Reproduced with permission from © Copyright 2024 The Bureau of National Affairs, Inc.

An inflection point can dramatically change the trajectory of a government contractor’s business.

Changes to the business strategy, graduation from small business set-aside status, a new executive leader, or an acquisition can accelerate the company brand and growth if the transition is executed well.

Such decisive moments often prompt a brand review and refresh. Why is rebranding important? If there is a rebrand, what is the right timing? (Is it ever too late?)

Here’s how to know whether to initiate a company rebrand and what benefits you can expect from refreshing your brand at an inflection point.

Why Rebrand?

A company’s brand is its identity. It’s the story, behavior, and impressions of who you are and how you present and act in the market. Good branding consistently presents your unique value to internal and external stakeholders.

When a government contractor moves through an inflection point, the company that emerges on the other side is forever altered. Neglecting a brand change is not simply a missed opportunity. A legacy brand, left unchanged, can quickly mire your company in stale and disjointed stories, behaviors, and impressions that confuse everyone in your community.

By contrast, a strategic rebrand aligns your company and stakeholders around the new mission, vision, culture, and capabilities. A successful rebranding will create excitement and position your company for the future.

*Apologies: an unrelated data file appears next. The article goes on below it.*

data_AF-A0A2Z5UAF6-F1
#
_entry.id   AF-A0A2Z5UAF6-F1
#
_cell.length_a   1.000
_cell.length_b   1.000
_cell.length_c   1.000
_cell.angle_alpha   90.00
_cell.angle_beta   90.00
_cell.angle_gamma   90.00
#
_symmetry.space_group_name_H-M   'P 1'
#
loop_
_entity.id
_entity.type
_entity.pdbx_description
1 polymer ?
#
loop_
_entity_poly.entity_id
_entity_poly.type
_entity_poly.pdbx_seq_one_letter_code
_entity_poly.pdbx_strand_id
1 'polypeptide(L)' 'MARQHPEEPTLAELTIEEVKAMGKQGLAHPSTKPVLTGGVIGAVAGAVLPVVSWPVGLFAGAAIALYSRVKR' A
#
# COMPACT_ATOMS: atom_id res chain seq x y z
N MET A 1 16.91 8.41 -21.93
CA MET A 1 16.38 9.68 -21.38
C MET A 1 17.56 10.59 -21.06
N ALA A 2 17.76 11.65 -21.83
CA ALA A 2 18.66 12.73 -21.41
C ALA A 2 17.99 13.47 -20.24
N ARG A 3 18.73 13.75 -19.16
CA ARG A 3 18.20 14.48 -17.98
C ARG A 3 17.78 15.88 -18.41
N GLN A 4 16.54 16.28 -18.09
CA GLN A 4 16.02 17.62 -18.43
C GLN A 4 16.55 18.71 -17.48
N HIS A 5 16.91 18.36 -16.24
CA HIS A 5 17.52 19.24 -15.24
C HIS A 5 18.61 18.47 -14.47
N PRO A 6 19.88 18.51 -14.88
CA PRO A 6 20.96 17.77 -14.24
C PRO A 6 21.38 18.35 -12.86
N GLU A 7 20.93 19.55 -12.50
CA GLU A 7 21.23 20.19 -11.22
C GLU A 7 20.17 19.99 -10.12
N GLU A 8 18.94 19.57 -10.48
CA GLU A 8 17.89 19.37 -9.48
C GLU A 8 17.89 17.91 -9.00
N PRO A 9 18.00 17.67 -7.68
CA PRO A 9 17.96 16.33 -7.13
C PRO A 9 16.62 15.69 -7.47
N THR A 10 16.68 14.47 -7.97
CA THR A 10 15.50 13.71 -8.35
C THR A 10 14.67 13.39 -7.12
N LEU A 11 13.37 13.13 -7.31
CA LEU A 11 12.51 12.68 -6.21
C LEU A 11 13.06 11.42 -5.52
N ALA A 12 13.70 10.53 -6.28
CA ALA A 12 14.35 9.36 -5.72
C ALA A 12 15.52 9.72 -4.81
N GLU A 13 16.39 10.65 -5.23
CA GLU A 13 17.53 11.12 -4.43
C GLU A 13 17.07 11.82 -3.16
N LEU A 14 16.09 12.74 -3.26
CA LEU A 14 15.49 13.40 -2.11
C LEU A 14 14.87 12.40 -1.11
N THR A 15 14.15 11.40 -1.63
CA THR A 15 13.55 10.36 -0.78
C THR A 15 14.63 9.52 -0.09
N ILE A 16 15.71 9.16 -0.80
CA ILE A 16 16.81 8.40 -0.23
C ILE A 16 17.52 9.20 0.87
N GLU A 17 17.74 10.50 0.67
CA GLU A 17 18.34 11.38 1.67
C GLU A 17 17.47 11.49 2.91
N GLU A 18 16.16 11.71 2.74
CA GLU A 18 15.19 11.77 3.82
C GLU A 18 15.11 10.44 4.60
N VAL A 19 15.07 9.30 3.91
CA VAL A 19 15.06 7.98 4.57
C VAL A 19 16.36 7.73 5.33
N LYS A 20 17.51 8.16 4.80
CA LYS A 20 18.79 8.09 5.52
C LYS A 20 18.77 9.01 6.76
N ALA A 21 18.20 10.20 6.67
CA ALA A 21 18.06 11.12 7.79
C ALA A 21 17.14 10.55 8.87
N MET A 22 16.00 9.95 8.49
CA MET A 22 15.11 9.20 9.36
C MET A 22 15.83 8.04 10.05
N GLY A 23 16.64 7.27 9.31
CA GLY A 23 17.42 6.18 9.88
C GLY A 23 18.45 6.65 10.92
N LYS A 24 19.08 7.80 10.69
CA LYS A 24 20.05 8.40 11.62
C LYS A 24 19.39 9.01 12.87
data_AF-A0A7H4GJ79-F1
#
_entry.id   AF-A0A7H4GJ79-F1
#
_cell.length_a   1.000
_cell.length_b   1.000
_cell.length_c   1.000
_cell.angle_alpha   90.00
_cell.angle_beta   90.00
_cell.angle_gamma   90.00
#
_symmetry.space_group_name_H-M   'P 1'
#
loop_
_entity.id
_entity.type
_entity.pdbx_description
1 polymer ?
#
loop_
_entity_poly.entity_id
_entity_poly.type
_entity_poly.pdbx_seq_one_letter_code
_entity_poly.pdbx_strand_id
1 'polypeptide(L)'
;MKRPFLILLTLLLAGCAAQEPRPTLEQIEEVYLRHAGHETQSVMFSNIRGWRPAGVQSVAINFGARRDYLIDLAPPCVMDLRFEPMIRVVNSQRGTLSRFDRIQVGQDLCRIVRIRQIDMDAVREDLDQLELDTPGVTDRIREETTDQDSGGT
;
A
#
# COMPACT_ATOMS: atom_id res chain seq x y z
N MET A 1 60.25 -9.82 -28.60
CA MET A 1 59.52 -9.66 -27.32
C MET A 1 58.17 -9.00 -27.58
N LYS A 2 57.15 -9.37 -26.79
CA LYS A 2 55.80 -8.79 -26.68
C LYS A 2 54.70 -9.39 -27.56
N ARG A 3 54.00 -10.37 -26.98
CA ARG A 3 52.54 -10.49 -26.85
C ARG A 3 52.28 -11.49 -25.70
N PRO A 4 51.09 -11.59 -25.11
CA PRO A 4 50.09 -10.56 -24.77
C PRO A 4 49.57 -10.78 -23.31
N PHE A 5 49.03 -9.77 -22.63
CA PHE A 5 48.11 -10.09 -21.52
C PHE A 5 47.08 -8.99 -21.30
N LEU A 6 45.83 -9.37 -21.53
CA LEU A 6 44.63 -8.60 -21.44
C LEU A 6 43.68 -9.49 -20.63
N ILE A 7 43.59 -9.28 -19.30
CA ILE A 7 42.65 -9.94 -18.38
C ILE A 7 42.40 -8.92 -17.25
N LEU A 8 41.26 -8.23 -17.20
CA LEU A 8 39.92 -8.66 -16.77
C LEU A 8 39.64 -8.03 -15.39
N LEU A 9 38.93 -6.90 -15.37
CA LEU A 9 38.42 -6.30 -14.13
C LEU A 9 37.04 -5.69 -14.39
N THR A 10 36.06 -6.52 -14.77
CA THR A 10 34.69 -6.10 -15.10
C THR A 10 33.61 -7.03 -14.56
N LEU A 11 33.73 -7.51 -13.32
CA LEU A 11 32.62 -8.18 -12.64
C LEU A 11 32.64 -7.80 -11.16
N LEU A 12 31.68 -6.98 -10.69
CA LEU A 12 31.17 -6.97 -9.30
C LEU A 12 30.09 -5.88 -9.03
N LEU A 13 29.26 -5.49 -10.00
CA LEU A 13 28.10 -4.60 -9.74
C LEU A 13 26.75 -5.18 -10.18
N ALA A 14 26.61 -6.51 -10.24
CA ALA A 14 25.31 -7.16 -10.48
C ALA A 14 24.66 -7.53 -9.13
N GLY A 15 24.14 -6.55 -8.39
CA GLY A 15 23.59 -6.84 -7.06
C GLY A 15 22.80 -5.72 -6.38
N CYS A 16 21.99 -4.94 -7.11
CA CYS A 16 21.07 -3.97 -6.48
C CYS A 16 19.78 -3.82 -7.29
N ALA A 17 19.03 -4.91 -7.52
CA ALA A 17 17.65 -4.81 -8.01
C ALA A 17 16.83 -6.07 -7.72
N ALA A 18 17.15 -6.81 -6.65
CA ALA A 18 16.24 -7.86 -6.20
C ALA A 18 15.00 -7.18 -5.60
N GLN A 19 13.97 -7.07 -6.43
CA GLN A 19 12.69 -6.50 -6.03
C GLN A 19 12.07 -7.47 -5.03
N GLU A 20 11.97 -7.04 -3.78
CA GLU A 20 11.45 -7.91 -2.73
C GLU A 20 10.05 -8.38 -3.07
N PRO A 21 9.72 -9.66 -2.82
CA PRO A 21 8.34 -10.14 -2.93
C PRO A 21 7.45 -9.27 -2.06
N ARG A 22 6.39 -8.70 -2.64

Refresh or Rebrand?

A brand refresh is a smart move if there are no significant strategic changes and you simply want a fresh look or adjusted messaging. For example, changing up the colors or refining existing messaging may be enough to support an expanded product or service line that serves an existing customer market.

For true inflection points, though, a rebranding is usually more successful.

How to Rebrand

It’s critical that your executives “own” the rebranding. Your most senior leaders need to want the change and be available to engage in the entire process. The outcome will be more than new messaging and colors. It will be about how the company talks about itself, how it behaves, and how others perceive its leadership, culture, and capabilities.

A good rebranding starts with research. Internal and external audits and interviews with executives, customers, and partners will reveal what the industry is saying about how your company is perceived and where you’re going. Research and analysis of key competitors will also inform perceptions and recommendations.

“None of these decisions should be done by instinct,” said Toby Eckhardt, CEO and Chief Creative Officer of the branding and digital marketing firm Focused Image. “You need to do the work of talking to people to get your finger on the pulse of the organization,” he said in an interview.

An expert branding agency will use the findings to shape your new brand to be implemented across some or all of the following elements:

  • Company story
  • Mission, vision, and values
  • Logo and tagline
  • Website design and content
  • Collateral pieces
  • PowerPoint presentation

Together, you’ll strategically change those brand elements that need to evolve. The process can take as little as four months or as long as eight, depending on the complexity of the changes and how many brand elements you change.